149. Memorandum From the President’s Assistant for National Security Affairs (Brzezinski) to President Carter 1


  • F–15s for Saudi Arabia

Saudi Arabia was informed in 1974, after an extensive U.S. survey of their defense needs, that we were prepared in principle to sell them an advanced fighter aircraft to replace their aging fleet of 44 British Lightnings. In October 1976, Deputy Secretary of Defense Clements told the Saudi Defense Minister that he considered the F–16 the most appropriate fighter for Saudi Arabia, but “if you want the F–15, the choice is yours.” The Saudis have conducted their own extensive study and have informed us on several occasions that they prefer the F–15. Crown Prince Fahd will wish to have confirmation of the U.S. commitment during his visit to Washington next week. The pilot who conducted the Saudi Air Force study will accompany Fahd on the visit.

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Secretary Brown recommends that we agree to supply the F–15, subject to Congressional approval, with no commitment now on delivery dates.2

Secretary Vance recommends (Tab A)3 that a commitment should be made only to consult with the Congress concerning the possibility of selling an advanced aircraft to Saudi Arabia, with no commitment on the type of plane, numbers, and delivery schedules. State believes that it would be virtually impossible to get Congressional approval of the F–15 because of its extensive capabilities and complexity. They believe the lightweight F–16, while still very controversial, might have a better chance of success. State also proposes that any such commitment should be preceded by confidential consultations with key Congressional leaders.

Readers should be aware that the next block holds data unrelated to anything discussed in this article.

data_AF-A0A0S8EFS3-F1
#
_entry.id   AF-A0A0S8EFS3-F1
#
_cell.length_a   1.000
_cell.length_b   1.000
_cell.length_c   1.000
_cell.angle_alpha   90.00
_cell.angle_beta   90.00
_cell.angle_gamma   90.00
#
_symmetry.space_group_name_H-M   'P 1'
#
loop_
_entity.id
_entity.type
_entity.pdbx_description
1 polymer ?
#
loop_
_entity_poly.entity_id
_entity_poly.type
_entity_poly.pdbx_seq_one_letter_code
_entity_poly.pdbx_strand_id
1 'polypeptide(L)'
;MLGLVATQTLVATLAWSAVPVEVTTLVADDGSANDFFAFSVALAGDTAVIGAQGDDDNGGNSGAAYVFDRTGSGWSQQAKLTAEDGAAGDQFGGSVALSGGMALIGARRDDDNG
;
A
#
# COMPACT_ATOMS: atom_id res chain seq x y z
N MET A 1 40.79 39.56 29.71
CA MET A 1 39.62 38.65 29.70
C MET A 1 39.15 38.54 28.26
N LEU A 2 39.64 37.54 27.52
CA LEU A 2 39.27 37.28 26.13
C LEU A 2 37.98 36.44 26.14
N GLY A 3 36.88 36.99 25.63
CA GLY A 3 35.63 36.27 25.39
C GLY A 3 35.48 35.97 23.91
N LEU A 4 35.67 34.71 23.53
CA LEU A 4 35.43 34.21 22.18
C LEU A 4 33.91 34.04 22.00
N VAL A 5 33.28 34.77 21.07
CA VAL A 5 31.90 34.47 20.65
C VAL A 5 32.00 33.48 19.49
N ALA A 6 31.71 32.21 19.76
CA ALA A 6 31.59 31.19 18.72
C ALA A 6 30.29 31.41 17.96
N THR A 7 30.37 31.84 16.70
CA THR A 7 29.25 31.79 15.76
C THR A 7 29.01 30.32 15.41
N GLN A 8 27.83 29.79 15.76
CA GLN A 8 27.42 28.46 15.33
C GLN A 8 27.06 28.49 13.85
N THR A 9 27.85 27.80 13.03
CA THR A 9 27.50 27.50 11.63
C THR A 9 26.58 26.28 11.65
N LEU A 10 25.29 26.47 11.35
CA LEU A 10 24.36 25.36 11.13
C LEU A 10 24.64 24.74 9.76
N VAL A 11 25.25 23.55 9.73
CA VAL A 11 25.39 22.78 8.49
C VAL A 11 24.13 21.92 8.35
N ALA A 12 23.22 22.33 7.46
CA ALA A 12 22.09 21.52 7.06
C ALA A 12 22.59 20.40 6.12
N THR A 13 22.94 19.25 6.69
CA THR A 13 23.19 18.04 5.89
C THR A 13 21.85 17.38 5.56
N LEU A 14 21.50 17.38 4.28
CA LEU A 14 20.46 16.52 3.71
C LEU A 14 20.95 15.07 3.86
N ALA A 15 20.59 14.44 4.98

There are two fundamental questions: (1) Should we try to persuade the Saudis to purchase the F–16 rather than the F–15; and (2) How should we handle this issue with the Congress?

F–15 vs. F–16

It is unlikely that the Saudis will be willing to consider substitution of the F–16 for the F–15. They want an air defense fighter, and have decided independently that the dual-engine, all-weather F–15 best meets their needs. Defense agrees that this choice is justified and is within Saudi capabilities to operate in the 1980s. The sale of any advanced aircraft will be extremely controversial, and we could not assure Prince Fahd that Congressional approval would be forthcoming if he chose the F–16.

Ultimately, the question is political. In the wake of the political events in Israel and the uncertainties which have been injected into the peace process, as well as the recent U.S. public affirmations of our special relationship with Israel on arms transfers,4 Crown Prince Fahd will be looking for a reaffirmation of the U.S.-Saudi security relationship as tangible evidence of our attitude toward the Arabs. Any evidence that we are backing away from previous commitments at this point could have a significant influence on the message he takes back to Asad and Sadat.

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Consultations with Congress

The basic disagreement between Defense and State is whether we should reaffirm our commitment subject to consultations with Congress (Defense) or commit ourselves only to consult with Congress, including advance consultation prior to Fahd’s arrival.

Advance consultations on more than a token basis are no longer a practical alternative in view of the imminence of Fahd’s arrival. Secretary Vance has informed us that he feels obligated to touch base with key Congressional leaders in advance of discussions with Fahd. Subject to your approval, he and Deputy Secretary Christopher intend to meet privately with Senators Humphrey, Case and Javits, as well as with Congressman Zablocki on Monday5 to discuss this issue. Secretary Vance agrees that any wider consultation with Congress at this point, given the extreme sensitivity on the Hill to the recent events in Israel, could set off a major confrontation with Congress while Fahd is in Washington.